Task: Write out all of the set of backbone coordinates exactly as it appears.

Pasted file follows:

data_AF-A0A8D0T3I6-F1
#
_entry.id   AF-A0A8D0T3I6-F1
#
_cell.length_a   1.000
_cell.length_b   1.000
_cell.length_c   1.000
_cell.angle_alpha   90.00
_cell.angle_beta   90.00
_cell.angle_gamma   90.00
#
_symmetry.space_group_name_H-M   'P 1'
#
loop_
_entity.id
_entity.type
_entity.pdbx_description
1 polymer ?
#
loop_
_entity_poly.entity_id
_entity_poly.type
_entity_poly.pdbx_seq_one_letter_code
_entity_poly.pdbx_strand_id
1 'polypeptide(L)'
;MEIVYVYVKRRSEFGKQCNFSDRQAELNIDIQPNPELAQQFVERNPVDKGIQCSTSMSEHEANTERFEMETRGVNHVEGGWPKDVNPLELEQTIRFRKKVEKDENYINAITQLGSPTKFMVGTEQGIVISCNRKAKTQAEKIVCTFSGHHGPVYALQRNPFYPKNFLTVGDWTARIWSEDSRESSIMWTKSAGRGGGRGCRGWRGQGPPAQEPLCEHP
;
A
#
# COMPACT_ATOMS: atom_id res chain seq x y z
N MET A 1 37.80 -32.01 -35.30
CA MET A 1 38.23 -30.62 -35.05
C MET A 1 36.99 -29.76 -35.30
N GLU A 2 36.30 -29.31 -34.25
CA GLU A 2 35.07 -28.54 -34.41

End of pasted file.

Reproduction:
data_AF-A0A8D0T3I6-F1
#
_entry.id   AF-A0A8D0T3I6-F1
#
_cell.length_a   1.000
_cell.length_b   1.000
_cell.length_c   1.000
_cell.angle_alpha   90.00
_cell.angle_beta   90.00
_cell.angle_gamma   90.00
#
_symmetry.space_group_name_H-M   'P 1'
#
loop_
_entity.id
_entity.type
_entity.pdbx_description
1 polymer ?
#
loop_
_entity_poly.entity_id
_entity_poly.type
_entity_poly.pdbx_seq_one_letter_code
_entity_poly.pdbx_strand_id
1 'polypeptide(L)'
;MEIVYVYVKRRSEFGKQCNFSDRQAELNIDIQPNPELAQQFVERNPVDKGIQCSTSMSEHEANTERFEMETRGVNHVEGGWPKDVNPLELEQTIRFRKKVEKDENYINAITQLGSPTKFMVGTEQGIVISCNRKAKTQAEKIVCTFSGHHGPVYALQRNPFYPKNFLTVGDWTARIWSEDSRESSIMWTKSAGRGGGRGCRGWRGQGPPAQEPLCEHP
;
A
#
# COMPACT_ATOMS: atom_id res chain seq x y z
N MET A 1 37.80 -32.01 -35.30
CA MET A 1 38.23 -30.62 -35.05
C MET A 1 36.99 -29.76 -35.30
N GLU A 2 36.30 -29.31 -34.25
CA GLU A 2 35.07 -28.54 -34.41